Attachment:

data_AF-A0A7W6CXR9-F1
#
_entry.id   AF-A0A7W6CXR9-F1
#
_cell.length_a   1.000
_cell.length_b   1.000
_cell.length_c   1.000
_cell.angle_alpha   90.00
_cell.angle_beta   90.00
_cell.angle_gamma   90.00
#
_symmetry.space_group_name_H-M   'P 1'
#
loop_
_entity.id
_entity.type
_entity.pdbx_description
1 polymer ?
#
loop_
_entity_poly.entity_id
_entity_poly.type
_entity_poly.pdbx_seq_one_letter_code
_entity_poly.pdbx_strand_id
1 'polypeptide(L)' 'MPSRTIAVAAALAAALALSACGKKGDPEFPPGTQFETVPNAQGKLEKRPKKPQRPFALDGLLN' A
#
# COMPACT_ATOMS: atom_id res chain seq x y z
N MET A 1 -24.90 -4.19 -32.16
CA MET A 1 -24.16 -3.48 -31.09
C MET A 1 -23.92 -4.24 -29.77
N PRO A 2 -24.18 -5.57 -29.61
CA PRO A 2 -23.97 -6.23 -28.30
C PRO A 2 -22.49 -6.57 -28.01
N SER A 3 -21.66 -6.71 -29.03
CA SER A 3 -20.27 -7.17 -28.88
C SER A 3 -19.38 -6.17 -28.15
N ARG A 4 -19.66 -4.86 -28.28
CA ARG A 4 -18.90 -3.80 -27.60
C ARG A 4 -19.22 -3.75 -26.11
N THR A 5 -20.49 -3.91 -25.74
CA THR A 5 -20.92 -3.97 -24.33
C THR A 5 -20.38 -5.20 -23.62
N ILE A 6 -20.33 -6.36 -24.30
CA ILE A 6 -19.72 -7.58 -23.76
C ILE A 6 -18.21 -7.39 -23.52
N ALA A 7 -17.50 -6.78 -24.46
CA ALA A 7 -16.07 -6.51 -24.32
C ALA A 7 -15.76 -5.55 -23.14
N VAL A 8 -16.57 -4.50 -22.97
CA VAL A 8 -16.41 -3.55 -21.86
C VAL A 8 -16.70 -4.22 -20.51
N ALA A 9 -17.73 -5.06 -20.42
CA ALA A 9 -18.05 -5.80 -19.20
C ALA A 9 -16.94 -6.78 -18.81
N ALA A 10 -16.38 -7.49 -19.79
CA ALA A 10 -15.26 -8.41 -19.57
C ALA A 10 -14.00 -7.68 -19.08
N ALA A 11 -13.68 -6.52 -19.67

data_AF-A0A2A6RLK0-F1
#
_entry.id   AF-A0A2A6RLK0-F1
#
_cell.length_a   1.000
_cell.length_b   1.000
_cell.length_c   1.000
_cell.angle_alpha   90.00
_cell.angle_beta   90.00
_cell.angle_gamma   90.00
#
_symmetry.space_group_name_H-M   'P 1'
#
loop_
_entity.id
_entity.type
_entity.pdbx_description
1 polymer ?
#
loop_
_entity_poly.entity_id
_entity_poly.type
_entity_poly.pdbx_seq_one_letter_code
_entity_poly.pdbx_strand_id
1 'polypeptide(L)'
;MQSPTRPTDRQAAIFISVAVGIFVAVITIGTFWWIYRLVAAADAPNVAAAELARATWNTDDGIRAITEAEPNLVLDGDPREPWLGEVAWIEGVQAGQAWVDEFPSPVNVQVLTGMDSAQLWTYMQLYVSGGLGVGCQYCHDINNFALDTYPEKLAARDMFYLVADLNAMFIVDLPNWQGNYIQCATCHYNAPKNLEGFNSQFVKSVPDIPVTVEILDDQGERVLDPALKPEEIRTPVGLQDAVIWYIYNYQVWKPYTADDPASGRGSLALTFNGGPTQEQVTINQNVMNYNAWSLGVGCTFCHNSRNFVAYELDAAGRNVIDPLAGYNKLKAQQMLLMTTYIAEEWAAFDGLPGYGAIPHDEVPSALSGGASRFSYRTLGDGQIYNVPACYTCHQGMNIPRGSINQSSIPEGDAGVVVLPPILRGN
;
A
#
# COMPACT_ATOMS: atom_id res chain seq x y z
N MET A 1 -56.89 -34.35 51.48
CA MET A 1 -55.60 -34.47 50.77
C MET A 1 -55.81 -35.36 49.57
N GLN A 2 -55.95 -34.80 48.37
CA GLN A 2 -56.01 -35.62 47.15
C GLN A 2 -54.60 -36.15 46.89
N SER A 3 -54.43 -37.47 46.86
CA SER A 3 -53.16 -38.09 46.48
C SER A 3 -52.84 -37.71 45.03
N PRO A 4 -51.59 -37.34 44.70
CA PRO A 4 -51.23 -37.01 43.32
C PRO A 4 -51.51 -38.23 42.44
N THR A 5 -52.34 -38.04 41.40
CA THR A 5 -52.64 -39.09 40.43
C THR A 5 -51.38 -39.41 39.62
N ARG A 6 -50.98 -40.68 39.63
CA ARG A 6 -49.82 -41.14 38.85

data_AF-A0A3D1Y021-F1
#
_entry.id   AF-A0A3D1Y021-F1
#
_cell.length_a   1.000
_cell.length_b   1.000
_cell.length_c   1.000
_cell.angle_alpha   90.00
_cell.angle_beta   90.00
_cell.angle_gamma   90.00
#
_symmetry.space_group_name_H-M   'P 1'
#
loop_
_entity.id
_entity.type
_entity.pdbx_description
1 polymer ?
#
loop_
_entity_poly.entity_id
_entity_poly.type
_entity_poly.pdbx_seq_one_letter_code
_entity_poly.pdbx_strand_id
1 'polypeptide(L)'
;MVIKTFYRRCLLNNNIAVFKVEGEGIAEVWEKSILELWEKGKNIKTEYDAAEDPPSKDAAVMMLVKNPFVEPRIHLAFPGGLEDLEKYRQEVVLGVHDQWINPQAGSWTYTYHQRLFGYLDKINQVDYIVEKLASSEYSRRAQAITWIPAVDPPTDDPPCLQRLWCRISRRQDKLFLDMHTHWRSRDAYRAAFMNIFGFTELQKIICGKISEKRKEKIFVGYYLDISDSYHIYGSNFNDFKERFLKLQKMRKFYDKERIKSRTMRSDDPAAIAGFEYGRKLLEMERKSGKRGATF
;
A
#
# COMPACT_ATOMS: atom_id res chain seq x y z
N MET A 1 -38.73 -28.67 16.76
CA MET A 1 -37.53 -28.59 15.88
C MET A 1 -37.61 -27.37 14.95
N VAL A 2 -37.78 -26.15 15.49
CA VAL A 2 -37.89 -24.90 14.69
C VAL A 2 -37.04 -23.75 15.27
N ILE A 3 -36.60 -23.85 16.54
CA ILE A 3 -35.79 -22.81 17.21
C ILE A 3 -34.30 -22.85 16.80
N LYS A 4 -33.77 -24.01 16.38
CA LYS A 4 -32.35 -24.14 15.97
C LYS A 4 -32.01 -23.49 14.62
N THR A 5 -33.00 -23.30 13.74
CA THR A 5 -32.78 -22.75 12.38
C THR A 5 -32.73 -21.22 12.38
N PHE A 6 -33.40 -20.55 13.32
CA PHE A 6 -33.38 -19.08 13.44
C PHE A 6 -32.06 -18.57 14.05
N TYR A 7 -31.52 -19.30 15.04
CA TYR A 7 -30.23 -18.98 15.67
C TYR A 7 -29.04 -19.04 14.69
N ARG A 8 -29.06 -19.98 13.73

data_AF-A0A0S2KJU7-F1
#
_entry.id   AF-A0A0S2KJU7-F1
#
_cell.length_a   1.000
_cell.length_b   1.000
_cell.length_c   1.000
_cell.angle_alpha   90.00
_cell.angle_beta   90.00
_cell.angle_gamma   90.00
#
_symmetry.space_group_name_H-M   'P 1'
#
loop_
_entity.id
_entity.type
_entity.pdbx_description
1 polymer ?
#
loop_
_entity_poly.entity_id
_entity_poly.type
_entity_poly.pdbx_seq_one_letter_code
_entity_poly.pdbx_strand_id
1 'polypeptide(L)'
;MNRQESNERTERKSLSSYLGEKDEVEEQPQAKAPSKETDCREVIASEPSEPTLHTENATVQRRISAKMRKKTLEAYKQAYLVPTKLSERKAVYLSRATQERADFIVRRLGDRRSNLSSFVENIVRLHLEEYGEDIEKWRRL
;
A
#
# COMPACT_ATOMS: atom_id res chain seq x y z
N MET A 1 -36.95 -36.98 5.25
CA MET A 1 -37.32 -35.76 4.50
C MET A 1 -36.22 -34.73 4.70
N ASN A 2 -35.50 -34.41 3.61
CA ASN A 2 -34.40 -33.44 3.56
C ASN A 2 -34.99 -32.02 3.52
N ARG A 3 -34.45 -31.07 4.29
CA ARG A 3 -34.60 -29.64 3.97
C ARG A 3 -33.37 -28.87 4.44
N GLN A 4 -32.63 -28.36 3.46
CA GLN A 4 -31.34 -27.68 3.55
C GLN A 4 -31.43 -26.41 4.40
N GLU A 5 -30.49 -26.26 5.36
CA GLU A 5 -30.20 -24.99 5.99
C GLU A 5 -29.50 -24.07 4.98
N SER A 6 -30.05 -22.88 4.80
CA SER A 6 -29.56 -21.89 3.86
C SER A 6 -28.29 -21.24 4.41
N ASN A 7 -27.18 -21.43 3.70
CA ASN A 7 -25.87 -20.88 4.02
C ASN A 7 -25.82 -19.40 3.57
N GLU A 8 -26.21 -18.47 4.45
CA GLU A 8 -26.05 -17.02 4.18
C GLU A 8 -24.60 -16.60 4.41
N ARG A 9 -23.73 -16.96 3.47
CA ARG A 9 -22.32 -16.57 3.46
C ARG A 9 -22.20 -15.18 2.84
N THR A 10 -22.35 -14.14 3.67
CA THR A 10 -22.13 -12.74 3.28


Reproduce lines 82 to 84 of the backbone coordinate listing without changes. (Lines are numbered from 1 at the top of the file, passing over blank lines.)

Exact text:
_entity_poly.pdbx_strand_id
1 'polypeptide(L)'
;MQSPTRPTDRQAAIFISVAVGIFVAVITIGTFWWIYRLVAAADAPNVAAAELARATWNTDDGIRAITEAEPNLVLDGDPREPWLGEVAWIEGVQAGQAWVDEFPSPVNVQVLTGMDSAQLWTYMQLYVSGGLGVGCQYCHDINNFALDTYPEKLAARDMFYLVADLNAMFIVDLPNWQGNYIQCATCHYNAPKNLEGFNSQFVKSVPDIPVTVEILDDQGERVLDPALKPEEIRTPVGLQDAVIWYIYNYQVWKPYTADDPASGRGSLALTFNGGPTQEQVTINQNVMNYNAWSLGVGCTFCHNSRNFVAYELDAAGRNVIDPLAGYNKLKAQQMLLMTTYIAEEWAAFDGLPGYGAIPHDEVPSALSGGASRFSYRTLGDGQIYNVPACYTCHQGMNIPRGSINQSSIPEGDAGVVVLPPILRGN